The management-craze of “bring me solutions” has gone too far. I recently met with two spin-out teams of enterprises where the engineers and interim-CEO were scared to share any challenges or problems with corporate management because they were expected to be more “solutions-oriented.” When I went back to one of the senior executives with a problem I observed, she answered: “Oh yes, we’ve seen that a few times. Here’s how we solved it in the past, but there are some risks. […]”. That was incredibly frustrating.
1. Problem Statements are not Complaints.
First, I chatted with the spin-out teams about complaints versus problems. Complaints are using superlatives such as ‘always’, ‘never’, ‘as usual’, or ‘again’. Complaints often end with (audible) exclamation points. Complaints often mix various topics and can be seen as ‘venting’. Complaints often sound like a defense against personal attacks. Complaints often include the notion of unfairness.
People will push you to present solutions instead of problem statements if they feel you’re just complaining about it. They think “well if you keep dishing out the blame, how about you step up your game yourself?!”
2. Focus on Transformational Problems.
Second, we discussed the two types of transformational problems:
- Problems that — if solved — could have a transformational execution impact (versus incremental betterment) on cost, resources, time of the current strategy and direction.
- Problems that are core to determining company strategy.
#2 problems are often pivot points. They are the type of problem statements you have to come back to when you fell in love with your product or solution, and your VC is pausing and asking “What is the original problem we are trying to solve here?”. As VCs, we like both kinds of problems. Some VCs are more comfortable with one type than the other.
If you’re not focused on transformational problems it can be seen as complaining about minor nuisances. There are better ways to use your resources and time than addressing minor problems. People will push you to present solutions instead of problem statements if they feel you’re annoyed by a minor nuisance where you could find a solution yourself, or if you simply seem too lazy to actually think about the problem yourself.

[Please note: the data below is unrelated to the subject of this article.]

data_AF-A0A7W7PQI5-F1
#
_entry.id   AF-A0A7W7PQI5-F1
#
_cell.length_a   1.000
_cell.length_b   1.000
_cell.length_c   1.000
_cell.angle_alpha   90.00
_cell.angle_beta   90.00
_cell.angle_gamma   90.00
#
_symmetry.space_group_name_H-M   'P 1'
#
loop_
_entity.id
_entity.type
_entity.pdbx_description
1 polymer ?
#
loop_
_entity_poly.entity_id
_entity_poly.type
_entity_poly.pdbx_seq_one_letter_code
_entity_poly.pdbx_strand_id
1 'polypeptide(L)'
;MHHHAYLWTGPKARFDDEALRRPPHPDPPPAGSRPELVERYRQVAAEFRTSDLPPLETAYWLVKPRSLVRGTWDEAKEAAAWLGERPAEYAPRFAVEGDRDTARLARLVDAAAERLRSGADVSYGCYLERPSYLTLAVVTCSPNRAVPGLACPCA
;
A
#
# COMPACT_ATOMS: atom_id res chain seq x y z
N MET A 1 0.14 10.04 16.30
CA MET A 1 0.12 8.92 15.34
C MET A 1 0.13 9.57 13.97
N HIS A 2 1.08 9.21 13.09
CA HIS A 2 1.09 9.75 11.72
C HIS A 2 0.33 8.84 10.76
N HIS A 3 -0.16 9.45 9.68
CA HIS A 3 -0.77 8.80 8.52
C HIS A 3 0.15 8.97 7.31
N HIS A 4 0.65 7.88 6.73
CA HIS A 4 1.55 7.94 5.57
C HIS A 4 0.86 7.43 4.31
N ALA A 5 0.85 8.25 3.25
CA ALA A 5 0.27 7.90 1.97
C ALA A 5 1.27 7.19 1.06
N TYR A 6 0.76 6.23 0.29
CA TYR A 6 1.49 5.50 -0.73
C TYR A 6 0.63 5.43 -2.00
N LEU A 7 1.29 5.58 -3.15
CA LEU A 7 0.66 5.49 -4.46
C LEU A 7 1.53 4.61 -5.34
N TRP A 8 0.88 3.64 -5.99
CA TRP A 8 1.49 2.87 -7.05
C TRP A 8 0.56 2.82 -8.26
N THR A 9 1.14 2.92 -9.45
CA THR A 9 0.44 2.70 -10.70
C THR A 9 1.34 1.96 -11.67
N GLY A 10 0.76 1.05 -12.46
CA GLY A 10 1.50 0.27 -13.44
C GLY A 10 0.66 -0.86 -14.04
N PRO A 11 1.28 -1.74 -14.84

3. Identify The Right People.
Third, we made a map of employees, advisors, mentors, and corporate resources and their specific skill sets and talents. If you bring a problem statement to the wrong person they are going to throw their hands in the air and roll their eyes. That mapping exercise was first met with cynical smirks. “Kindergarten” I heard someone mutter.
But the exercise had several interesting side effects:
- Two executives at the mothership had job responsibilities and titles in areas where no one thought they had actually any meaningful input or skill. In fact, they were highly regarded for quite different skill areas — the Peter Principle at work.
- We identified two areas where we had no coverage: There was neither an inside peer nor an external resource to ask for advice. We quickly came up with a list of mentors and candidates right then and there.
- People realized that their organization was much bigger, beyond employees. That insight increased the confidence to tackle hard problems.
It quickly became clear why at least anecdotally there had been a pushback against problem statements, some raised eyebrows, and a demand for solutions on several occasions in the past. People will push you to present solutions instead of problem statements out of embarrassment or helplessness when they have no clue how to help you or when what you’re describing is outside their area of expertise.
“Sales always misses their target! I can’t work like that, they are sabotaging the company! I’m working my ass off to create these product features — that we all agreed on, btw! — and I simply don’t get any feedback and then they blame me! This comes completely out of the blue! We are always executing exactly what you are telling us to do. It’s not fair!”
“Today I overheard Mike tell Janice from Engineering that Sales missed their target because we have the wrong product feature set. It made me feel upset. I feel there were a few times where that happened in the past, though I don’t have any concrete data on it, just something I feel starts happening more often.”
Here is a good point to stop and ask whether it’s true that Sales missed their target. And if that was a major or rather minor miss. And whether that is a common theme lately. And whether it was because of the wrong feature set or other reasons. Next topic:
“In the past, we decided on product features in our monthly strategy stand-up based on input from Marketing, the CEO, and our own product instrumentation. Delivery of these features has generally been on time for the past twelve months, though we missed two deadlines by a week, and in one case decided to remove the feature X after our discussion. If Sales is missing the numbers because of lack of product-feature market fit, then our current process is broken somewhere. That’s a problem, no matter who’s fault it is. I believe that if we could solve that problem, it could accelerate our traction significantly and close the big accounts we missed last month.”
You presented facts as good as you have them. You state the problem, not who’s at fault. You state why that is a transformational problem.
“We have some ideas on how to go about it. In the past, you have been extremely helpful with organizing product feedback from the sales organization. I’d like to get your view on it.”
You’re not just throwing your hands in the air. You identified several attack vectors to address the problem. But you’re not here to talk about the galactic approach for peace on earth, you want to talk about a very specific area where you believe that person has valuable insights.